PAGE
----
If you live in a New York City apartment, loft or other rental property, you may have your own "landlord horror stories." While not every landlord is a nightmare to deal with, there are some landlords who jeopardize their tenants' safety by failing to maintain the premises.
Because decent, affordable housing is at such a premium in the Big Apple, many tenants feel like they have to put up with a negligent landlord or building super. But it's vital that tenants realize that they have rights in the matter.
There are many ways that landlords can be remiss in their duties to maintain the safety of the premises. Maybe they turn a blind eye to drug dealers in the building or don't have accessible fire escapes installed. Another concern is elevator maintenance and repairs. If the landlord doesn't get regular inspections done on all of the elevators and/or fails to use certified repair persons to fix any that break, it could be tragic.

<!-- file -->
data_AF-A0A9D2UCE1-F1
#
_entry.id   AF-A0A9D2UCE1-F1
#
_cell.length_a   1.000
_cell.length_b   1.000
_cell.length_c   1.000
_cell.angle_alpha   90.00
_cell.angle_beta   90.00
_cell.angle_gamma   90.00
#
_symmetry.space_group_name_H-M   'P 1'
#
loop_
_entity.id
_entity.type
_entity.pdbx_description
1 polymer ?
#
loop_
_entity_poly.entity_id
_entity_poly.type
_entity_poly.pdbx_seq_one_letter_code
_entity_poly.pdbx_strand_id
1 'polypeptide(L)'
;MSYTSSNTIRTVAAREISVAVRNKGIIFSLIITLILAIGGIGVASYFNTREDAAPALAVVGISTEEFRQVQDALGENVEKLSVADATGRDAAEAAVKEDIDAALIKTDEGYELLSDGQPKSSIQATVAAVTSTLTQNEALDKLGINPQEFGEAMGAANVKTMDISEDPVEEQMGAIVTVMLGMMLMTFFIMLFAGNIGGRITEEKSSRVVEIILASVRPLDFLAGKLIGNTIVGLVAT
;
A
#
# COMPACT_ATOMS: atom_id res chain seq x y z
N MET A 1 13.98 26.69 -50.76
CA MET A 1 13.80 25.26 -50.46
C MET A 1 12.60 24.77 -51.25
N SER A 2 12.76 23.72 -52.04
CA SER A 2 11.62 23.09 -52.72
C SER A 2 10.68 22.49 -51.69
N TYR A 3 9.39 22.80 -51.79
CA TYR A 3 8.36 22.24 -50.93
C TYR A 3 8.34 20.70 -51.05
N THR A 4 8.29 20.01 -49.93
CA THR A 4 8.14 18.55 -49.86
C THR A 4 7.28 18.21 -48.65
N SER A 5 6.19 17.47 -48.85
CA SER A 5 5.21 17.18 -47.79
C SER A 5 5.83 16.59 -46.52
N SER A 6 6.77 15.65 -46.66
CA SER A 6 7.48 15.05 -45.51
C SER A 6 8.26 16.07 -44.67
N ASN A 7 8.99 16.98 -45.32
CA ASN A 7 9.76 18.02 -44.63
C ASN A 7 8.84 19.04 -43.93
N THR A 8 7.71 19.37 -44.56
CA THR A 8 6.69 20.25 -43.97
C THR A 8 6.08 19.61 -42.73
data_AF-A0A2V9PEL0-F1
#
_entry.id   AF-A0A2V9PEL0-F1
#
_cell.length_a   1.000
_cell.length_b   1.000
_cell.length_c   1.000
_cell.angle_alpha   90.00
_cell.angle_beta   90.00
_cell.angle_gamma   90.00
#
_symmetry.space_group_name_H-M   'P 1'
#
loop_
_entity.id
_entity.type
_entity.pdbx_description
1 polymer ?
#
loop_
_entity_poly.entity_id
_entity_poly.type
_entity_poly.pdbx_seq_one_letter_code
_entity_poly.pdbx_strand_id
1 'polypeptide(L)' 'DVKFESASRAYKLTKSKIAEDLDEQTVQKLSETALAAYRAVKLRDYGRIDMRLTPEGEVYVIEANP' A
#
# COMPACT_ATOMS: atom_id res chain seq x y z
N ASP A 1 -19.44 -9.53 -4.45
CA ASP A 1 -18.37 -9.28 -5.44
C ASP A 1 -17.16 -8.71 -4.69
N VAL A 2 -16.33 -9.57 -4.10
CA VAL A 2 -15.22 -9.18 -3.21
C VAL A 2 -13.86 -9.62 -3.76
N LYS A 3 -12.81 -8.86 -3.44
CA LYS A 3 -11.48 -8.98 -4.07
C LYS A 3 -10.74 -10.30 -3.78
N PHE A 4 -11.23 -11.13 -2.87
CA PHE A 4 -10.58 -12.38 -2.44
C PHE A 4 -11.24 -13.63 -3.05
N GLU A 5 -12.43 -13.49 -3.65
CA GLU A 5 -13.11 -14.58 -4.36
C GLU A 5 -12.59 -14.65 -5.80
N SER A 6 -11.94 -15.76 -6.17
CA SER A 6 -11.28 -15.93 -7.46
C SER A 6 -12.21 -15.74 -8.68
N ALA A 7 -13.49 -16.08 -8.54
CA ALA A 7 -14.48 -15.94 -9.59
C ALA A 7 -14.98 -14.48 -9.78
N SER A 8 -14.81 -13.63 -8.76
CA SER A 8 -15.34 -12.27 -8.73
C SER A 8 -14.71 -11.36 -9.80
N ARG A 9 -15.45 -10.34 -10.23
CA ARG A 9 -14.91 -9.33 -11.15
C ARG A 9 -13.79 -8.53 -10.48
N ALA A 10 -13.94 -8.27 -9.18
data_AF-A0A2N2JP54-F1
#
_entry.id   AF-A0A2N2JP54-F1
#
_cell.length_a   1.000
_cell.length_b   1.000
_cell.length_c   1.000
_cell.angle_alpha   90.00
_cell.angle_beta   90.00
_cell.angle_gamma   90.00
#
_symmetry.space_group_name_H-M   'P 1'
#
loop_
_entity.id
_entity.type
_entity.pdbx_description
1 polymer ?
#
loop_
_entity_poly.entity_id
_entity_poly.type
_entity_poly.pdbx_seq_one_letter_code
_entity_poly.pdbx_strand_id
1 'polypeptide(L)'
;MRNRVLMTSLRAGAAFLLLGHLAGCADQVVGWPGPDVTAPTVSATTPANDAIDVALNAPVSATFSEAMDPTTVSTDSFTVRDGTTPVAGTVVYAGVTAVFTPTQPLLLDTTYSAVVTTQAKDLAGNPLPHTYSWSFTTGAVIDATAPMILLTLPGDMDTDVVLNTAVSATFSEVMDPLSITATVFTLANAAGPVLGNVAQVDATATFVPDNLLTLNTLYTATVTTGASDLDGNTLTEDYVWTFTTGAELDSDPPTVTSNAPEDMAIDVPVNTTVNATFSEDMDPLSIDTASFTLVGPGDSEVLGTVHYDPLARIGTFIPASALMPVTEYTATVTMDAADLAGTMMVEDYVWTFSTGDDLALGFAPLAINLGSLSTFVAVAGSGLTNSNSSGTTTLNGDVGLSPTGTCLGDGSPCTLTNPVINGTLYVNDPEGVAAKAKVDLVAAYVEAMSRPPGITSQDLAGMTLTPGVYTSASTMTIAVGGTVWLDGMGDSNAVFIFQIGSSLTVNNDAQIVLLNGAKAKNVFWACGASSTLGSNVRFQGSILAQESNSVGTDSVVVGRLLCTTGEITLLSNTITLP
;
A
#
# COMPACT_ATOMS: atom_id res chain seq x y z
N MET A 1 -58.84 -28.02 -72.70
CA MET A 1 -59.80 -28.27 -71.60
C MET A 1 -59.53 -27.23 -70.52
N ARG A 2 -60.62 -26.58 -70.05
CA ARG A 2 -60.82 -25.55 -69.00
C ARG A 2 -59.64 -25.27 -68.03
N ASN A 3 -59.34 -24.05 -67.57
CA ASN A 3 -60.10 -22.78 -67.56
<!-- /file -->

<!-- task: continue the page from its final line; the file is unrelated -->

Tenant safety should always be foremost. Doors should securely lock on each apartment unit, stairways and halls should be well-lit and free of trash or debris that could present tripping hazards. Entrance areas should be kept shoveled and de-iced in the winter and any hedges or shrubbery near the doors should be kept trimmed low enough that criminals can't hide behind them.
These are just some of the obligations of a landlord to the tenants. Tenants should have a way to report maintenance issues and the problems should be resolved within a reasonable period of time. Tenants have some responsibilities, like the duty to inform their landlords, property managers or maintenance crews about potential hazards in their apartments or their buildings' common areas.
But some tenants learn that their notifications and complaints fall on deaf ears. Repairs either don't get made at all or are shabbily done and don't fix the problems. A tenant or a tenants' guest could wind up injured as a result.
If a landlord or building manager's negligence in maintaining the property was the cause of injuries to you or your children, you have options available to you for seeking recourse. You first need to initiate the claims process with the insurer of the property. Should that not resolve the matter to your satisfaction, a New York City attorney may be able to file a premise liability lawsuit on your behalf.
Source: FindLaw, "Tenant Safety and Landlord Liability," accessed March 23, 2018